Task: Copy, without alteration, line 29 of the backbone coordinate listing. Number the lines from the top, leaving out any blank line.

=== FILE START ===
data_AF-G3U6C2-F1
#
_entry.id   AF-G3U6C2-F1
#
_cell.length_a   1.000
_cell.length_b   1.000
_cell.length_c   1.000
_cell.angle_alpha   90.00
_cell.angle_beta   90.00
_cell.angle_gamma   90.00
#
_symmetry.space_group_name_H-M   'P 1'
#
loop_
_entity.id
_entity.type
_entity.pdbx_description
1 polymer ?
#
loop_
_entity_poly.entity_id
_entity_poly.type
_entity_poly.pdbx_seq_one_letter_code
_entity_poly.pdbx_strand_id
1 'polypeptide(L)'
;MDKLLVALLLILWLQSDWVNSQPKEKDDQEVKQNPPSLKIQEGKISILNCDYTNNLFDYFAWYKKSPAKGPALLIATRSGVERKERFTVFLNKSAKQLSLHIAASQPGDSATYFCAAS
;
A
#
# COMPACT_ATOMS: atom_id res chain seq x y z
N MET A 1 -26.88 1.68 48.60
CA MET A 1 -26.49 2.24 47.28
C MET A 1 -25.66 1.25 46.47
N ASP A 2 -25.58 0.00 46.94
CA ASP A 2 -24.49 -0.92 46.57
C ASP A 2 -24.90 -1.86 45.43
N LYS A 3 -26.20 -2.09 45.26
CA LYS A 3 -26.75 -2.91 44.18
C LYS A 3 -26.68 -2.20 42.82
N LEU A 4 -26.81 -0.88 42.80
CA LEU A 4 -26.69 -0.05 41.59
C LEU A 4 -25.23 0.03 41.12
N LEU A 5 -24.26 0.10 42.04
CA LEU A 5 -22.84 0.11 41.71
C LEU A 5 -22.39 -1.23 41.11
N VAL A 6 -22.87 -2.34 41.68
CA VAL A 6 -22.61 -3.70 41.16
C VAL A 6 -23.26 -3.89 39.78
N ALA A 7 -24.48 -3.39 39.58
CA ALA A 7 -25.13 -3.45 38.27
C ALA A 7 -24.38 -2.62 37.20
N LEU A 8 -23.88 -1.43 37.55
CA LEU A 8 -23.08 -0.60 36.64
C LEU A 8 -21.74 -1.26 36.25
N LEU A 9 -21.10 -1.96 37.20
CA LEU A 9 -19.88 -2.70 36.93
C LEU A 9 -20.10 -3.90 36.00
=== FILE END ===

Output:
#